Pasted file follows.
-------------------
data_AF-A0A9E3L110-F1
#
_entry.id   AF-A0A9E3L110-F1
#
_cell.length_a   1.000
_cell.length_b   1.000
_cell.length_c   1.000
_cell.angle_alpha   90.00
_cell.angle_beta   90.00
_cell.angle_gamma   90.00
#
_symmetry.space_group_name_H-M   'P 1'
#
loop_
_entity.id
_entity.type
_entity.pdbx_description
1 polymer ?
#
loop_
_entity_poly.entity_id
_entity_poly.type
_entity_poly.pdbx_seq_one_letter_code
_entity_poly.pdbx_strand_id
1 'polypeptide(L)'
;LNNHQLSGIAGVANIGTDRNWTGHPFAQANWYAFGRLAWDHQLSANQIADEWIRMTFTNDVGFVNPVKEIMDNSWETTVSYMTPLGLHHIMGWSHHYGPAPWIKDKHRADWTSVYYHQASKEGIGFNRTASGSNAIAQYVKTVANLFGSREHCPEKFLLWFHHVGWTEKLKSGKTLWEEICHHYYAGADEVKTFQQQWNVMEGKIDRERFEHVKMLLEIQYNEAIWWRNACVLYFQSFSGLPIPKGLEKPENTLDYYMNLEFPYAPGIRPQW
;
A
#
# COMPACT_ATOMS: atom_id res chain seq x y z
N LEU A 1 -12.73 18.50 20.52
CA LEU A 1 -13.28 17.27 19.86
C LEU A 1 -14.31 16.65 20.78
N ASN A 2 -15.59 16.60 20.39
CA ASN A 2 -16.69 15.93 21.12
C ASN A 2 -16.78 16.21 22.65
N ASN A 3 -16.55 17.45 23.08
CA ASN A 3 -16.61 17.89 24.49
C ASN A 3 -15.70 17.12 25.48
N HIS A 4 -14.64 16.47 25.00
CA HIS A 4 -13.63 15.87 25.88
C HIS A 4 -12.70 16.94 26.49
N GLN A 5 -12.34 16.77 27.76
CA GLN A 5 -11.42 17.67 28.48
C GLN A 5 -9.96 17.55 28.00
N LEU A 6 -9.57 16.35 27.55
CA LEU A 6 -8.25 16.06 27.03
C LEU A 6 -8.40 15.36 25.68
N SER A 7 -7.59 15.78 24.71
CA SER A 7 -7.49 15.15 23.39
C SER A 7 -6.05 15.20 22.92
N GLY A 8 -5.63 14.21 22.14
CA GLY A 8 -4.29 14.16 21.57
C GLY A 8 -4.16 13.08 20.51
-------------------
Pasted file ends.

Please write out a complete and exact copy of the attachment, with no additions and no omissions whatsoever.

data_AF-A0A9E3L110-F1
#
_entry.id   AF-A0A9E3L110-F1
#
_cell.length_a   1.000
_cell.length_b   1.000
_cell.length_c   1.000
_cell.angle_alpha   90.00
_cell.angle_beta   90.00
_cell.angle_gamma   90.00
#
_symmetry.space_group_name_H-M   'P 1'
#
loop_
_entity.id
_entity.type
_entity.pdbx_description
1 polymer ?
#
loop_
_entity_poly.entity_id
_entity_poly.type
_entity_poly.pdbx_seq_one_letter_code
_entity_poly.pdbx_strand_id
1 'polypeptide(L)'
;LNNHQLSGIAGVANIGTDRNWTGHPFAQANWYAFGRLAWDHQLSANQIADEWIRMTFTNDVGFVNPVKEIMDNSWETTVSYMTPLGLHHIMGWSHHYGPAPWIKDKHRADWTSVYYHQASKEGIGFNRTASGSNAIAQYVKTVANLFGSREHCPEKFLLWFHHVGWTEKLKSGKTLWEEICHHYYAGADEVKTFQQQWNVMEGKIDRERFEHVKMLLEIQYNEAIWWRNACVLYFQSFSGLPIPKGLEKPENTLDYYMNLEFPYAPGIRPQW
;
A
#
# COMPACT_ATOMS: atom_id res chain seq x y z
N LEU A 1 -12.73 18.50 20.52
CA LEU A 1 -13.28 17.27 19.86
C LEU A 1 -14.31 16.65 20.78
N ASN A 2 -15.59 16.60 20.39
CA ASN A 2 -16.69 15.93 21.12
C ASN A 2 -16.78 16.21 22.65
N ASN A 3 -16.55 17.45 23.08
CA ASN A 3 -16.61 17.89 24.49
C ASN A 3 -15.70 17.12 25.48
N HIS A 4 -14.64 16.47 25.00
CA HIS A 4 -13.63 15.87 25.88
C HIS A 4 -12.70 16.94 26.49
N GLN A 5 -12.34 16.77 27.76
CA GLN A 5 -11.42 17.67 28.48
C GLN A 5 -9.96 17.55 28.00
N LEU A 6 -9.57 16.35 27.55
CA LEU A 6 -8.25 16.06 27.03
C LEU A 6 -8.40 15.36 25.68
N SER A 7 -7.59 15.78 24.71
CA SER A 7 -7.49 15.15 23.39
C SER A 7 -6.05 15.20 22.92
N GLY A 8 -5.63 14.21 22.14
CA GLY A 8 -4.29 14.16 21.57
C GLY A 8 -4.16 13.08 20.51